Brand Health Check: Umbro

The football-kit manufacturer is suffering a sales slump. Could the brand's specialisation be partly to blame?

Umbro stands for football. 'We spend 0% of our time thinking about other sports. Which leaves 100% of our time to think about football, and how to make better football pro-training kit,' stated one of its ads in a campaign intended to highlight its specialist credentials.

The brand is official kit supplier to numerous national teams, including Sweden and the Republic of Ireland, and top-flight club sides such as Everton, West Ham and Glasgow Rangers. But for more than 20 years the jewel in Umbro's crown has been its relationship with the England football team.

However, last week the company revised its 2007 profits forecast from £30m to just over £22m following a slump in sales of replica kits. A decline from its strong performance in 2006 - a World Cup year - had, naturally, been expected, but tough retail conditions, the possibility that England may not qualify for Euro 2008 and bad weather also appear to have taken their toll.

According to Umbro, it sold less than half as many England shirts over the key summer sales period as it had hoped to; it is now likely that by the time the latest England kit launches next year, stores will be left with an 'overhang' of the previous strip that could deter retailers from placing orders for the new one.

Although England's World Cup and European Championship campaigns have proved fruitless for more than 40 years, the national team has always been among the best supported at major tournaments and consequently shirt sales have flourished.

Last month, Umbro hired Love to manage its global advertising account, which will see the agency leverage the brand's association with England stars Michael Owen and John Terry and Portugal international Deco ahead of Euro 2008.

If England somehow squanders its position in its Euro 2008 qualifying group and fails to make it to the tournament next summer, Umbro warned in its interim results two weeks ago that it could miss its sales targets and lose a further £15m - an admission that wiped more than 16% off the value of its shares the same day.

We asked Tim Crow, chief executive of specialist marketing consultancy Karen Earl Sponsorship, and David Farrow, managing director of Ogilvy Action Sports & Entertainment, if it is time for Umbro to look beyond its core business in order to secure its future.


Nike and Adidas have muscled Umbro out of the upper echelons of football and, as its recent profit warning demonstrated, forced it to become overly reliant on a 'feast or famine deal' with England that stretches to 2014.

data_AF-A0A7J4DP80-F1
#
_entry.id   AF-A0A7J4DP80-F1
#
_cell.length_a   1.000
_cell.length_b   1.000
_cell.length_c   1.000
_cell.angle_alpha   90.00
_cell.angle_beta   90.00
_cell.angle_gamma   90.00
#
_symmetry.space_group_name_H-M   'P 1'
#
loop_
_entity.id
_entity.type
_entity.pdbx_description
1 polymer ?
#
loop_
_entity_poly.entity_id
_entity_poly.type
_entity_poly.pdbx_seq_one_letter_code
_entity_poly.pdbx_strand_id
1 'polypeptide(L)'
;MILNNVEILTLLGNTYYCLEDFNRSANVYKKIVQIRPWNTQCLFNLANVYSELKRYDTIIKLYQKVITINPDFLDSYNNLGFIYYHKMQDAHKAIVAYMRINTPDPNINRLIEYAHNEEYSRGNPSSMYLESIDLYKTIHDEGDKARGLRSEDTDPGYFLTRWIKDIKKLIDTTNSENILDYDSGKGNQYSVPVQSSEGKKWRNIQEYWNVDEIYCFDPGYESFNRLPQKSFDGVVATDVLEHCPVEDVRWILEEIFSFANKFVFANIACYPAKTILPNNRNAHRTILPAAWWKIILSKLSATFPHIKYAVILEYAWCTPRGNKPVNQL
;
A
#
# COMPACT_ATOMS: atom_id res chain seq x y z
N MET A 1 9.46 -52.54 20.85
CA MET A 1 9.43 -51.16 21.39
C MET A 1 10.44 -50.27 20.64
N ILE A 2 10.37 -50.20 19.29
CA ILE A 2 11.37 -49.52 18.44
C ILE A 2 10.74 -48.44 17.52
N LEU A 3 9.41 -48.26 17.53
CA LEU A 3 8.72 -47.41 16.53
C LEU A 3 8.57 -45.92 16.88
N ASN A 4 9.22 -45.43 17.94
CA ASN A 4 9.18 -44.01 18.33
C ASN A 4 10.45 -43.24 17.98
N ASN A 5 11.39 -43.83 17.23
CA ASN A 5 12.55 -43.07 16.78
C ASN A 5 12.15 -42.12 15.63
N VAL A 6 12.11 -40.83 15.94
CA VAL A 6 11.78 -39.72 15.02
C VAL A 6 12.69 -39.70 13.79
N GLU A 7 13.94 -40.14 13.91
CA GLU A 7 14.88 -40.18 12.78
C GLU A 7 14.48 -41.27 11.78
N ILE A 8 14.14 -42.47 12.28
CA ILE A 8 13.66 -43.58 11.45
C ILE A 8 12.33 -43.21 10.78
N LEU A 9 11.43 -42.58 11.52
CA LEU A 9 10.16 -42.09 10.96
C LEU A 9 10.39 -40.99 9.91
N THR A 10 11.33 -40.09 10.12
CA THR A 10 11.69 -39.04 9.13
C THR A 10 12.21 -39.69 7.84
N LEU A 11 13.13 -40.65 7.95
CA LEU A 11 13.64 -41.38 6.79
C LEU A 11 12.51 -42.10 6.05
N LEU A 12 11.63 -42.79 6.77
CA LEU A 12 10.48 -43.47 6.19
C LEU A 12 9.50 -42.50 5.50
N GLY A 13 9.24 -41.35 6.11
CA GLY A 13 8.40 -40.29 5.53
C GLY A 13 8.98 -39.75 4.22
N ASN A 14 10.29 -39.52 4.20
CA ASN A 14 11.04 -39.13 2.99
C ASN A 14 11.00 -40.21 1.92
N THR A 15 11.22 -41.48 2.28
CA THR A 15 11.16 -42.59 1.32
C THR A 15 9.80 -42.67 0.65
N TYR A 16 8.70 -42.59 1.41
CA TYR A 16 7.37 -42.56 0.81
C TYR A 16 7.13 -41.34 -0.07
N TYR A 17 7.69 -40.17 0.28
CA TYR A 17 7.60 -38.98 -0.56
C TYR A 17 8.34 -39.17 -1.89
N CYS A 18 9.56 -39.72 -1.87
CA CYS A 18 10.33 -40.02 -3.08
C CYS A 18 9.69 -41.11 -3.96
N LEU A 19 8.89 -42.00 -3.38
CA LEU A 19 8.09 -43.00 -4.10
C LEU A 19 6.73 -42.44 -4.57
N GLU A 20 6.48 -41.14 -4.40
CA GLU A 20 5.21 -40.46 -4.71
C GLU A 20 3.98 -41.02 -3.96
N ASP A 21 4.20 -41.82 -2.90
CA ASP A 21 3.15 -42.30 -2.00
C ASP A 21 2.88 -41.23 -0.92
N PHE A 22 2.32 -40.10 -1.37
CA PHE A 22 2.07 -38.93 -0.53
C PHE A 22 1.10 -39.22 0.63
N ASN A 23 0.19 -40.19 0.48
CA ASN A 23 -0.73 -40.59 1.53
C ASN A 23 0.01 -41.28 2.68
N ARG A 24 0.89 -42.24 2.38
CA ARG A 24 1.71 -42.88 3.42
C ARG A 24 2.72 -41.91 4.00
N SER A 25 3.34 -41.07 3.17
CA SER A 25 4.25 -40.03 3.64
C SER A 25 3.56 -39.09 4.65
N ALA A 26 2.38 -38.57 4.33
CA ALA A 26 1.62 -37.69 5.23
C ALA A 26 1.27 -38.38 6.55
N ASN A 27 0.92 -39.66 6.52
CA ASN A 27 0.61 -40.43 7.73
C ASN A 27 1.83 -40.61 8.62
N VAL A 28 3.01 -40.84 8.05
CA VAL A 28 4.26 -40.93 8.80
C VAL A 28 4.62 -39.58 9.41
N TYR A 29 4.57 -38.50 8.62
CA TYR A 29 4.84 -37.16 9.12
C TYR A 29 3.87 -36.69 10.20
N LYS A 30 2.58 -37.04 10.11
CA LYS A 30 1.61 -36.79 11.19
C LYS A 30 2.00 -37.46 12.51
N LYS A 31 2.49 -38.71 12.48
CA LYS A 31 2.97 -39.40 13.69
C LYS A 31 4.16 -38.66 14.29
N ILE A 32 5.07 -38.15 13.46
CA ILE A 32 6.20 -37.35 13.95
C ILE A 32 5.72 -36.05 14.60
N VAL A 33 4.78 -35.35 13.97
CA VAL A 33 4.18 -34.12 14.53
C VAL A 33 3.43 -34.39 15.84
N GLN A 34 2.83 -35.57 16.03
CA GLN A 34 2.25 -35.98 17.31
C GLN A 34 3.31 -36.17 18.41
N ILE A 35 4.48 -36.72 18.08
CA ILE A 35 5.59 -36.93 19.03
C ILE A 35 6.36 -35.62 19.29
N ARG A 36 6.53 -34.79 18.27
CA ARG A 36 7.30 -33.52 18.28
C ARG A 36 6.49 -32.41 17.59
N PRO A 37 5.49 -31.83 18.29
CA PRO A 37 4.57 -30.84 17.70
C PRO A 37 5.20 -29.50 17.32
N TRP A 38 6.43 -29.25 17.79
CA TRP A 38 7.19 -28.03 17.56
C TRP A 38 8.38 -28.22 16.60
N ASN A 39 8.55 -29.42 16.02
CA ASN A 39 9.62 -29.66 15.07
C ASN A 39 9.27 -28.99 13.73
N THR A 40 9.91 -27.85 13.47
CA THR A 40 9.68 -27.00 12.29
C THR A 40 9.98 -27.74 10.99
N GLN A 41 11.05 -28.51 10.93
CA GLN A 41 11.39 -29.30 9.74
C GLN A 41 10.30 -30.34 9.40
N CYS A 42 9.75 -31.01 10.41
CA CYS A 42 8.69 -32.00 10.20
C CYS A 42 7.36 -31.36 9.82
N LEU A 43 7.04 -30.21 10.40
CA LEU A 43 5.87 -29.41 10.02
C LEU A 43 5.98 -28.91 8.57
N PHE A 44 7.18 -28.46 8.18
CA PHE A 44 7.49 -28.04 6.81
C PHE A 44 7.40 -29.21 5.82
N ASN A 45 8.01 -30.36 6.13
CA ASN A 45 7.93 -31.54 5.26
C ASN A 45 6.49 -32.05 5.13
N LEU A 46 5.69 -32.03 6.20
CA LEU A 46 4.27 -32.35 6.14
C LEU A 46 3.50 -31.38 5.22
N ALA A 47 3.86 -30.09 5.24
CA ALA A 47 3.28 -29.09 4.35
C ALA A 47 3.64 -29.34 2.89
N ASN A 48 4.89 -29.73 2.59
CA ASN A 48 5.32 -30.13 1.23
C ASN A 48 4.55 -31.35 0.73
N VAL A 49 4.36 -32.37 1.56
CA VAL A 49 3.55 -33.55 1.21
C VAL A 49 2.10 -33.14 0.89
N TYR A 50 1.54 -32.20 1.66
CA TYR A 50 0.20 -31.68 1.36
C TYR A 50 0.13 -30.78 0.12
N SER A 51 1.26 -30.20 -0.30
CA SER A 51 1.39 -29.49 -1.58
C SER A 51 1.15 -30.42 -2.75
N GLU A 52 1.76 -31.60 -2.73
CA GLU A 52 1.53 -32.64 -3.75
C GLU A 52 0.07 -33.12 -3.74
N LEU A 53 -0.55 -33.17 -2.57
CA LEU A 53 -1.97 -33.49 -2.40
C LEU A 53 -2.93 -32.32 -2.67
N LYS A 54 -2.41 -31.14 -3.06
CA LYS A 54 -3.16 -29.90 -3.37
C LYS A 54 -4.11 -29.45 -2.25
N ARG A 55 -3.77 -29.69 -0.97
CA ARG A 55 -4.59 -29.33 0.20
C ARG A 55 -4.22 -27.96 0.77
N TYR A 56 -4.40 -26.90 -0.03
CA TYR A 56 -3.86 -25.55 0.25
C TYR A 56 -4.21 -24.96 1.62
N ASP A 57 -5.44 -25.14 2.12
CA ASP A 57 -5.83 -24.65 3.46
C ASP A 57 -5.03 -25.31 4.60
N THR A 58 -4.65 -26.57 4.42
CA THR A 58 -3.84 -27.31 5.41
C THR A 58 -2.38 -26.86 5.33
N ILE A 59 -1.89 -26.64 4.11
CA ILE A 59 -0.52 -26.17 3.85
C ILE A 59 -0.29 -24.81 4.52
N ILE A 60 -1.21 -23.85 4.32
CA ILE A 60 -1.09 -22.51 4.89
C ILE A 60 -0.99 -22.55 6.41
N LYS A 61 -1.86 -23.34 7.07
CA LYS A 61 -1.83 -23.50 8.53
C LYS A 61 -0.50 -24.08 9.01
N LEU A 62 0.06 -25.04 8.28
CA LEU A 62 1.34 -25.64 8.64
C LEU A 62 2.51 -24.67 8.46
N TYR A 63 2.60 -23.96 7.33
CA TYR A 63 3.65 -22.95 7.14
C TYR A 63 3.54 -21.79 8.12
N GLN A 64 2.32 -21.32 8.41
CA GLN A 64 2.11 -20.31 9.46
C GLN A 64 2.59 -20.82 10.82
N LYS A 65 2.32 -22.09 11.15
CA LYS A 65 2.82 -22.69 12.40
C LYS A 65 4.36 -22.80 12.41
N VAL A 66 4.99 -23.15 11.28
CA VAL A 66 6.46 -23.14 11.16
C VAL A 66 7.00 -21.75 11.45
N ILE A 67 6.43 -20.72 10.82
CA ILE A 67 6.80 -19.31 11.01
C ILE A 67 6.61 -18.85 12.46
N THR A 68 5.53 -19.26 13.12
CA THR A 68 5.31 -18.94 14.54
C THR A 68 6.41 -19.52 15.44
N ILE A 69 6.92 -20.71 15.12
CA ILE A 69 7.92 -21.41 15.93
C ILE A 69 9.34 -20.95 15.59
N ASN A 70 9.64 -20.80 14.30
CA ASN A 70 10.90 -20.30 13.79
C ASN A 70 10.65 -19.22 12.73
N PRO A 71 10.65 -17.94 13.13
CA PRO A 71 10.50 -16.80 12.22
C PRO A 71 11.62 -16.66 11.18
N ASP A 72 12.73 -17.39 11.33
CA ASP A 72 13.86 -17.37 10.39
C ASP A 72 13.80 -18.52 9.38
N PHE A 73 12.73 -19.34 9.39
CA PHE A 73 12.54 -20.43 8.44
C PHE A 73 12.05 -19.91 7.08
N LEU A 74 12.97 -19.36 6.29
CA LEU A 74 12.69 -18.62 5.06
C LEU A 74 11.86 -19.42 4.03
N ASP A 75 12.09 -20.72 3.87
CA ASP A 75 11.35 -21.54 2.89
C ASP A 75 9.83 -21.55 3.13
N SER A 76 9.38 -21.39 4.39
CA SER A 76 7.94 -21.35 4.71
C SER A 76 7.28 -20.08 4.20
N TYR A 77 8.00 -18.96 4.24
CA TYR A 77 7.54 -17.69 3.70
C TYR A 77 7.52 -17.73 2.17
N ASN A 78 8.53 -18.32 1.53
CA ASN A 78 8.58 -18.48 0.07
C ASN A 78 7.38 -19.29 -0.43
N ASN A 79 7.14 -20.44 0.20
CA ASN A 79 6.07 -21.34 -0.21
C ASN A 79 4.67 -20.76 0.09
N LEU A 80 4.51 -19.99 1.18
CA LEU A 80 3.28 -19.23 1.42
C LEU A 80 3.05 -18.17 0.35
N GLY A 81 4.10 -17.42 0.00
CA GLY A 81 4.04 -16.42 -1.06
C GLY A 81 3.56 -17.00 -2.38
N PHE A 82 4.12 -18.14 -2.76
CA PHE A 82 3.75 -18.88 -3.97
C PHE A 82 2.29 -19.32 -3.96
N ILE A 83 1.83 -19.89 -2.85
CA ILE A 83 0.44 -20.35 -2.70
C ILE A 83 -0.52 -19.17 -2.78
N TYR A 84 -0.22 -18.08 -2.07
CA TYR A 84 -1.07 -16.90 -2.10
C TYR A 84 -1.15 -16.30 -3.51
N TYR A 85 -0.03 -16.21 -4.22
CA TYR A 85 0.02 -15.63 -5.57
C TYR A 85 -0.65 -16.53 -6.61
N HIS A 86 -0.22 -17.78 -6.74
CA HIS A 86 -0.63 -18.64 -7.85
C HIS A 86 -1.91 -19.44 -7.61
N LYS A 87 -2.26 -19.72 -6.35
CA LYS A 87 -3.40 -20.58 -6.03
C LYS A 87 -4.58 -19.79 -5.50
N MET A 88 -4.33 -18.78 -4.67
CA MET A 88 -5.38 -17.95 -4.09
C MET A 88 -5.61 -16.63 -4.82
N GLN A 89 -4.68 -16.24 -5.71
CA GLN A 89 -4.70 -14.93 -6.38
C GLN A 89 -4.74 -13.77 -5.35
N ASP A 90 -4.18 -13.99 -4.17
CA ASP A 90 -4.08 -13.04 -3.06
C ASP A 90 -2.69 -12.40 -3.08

If England qualifies for the European and World Cup finals - the key premise of the deal - the Three Lions may well fly off the shelves, but even then the Umbro brand is always out-shouted and out-marketed by the big two.

Umbro's distribution has become very narrow and downmarket, stifling its attempts to find a fashion and leisure-wear mojo, and driving the brand into Burberry-check territory. Whereas Nike and Adidas use football - and much else besides - to convert fans into brand loyalists, most people wouldn't buy an Umbro product unless it sponsored their team. And even then, they would probably prefer Nike and Adidas, and have a drawer full of their gear.

So driving reappraisal has to be the priority. It's time to get radical: Umbro is a challenger brand waiting to be (re)born.


- Reinvent Umbro as a challenger brand, taking on the big category bullies. We all love an underdog.

- Persuade the Football Association to market the England team in the same way, rather than continuing to pretend that we are still living in the afterglow of the 1966 World Cup final.

- Reclaim and re-tool the brand identity in retail.

- Sponsor less, activate more.


Umbro's greatest strength - its exclusive focus on football - is also its biggest weakness. It represents the old-fashioned face of the game. Its core customers are the true fans who stand on the terraces, turning out to support their team through thick and thin. It's a world away from the modern face of the sport, yet it needs to evolve for the 21st century.

It has a strong dependence on national team licences, so its business is locked in to World Cup-focused four-year cycles - a major issue. The best sales come from club brands, yet, unable to afford the prices demanded by the leading teams, its ties are with the likes of Wigan Athletic, associating it further with 'old' football.

Umbro should maintain its absolute focus on soccer, but via new and engaging means. It already backs the Umbro Heroes Award and the World Tournament Amateur Cup, but who knows about it? What about a branded outlet offering apparel and memorabilia, and initiatives like soccer training to build a community and differentiate itself from Adidas, Puma and Nike with their fabulous retail destinations?


- Reinvent the traditional side of football and make Umbro's brand values relevant.

- Get a designer to reinterpret these values and create apparel for a new generation. The market for leisurewear, especially replica kit, is finite, so diversify.

- Reinforce the brand's ties to grass-roots football through participation initiatives allowing fans to interact with it.

- Internationalise. Build the brand in places where football is not yet fully developed.


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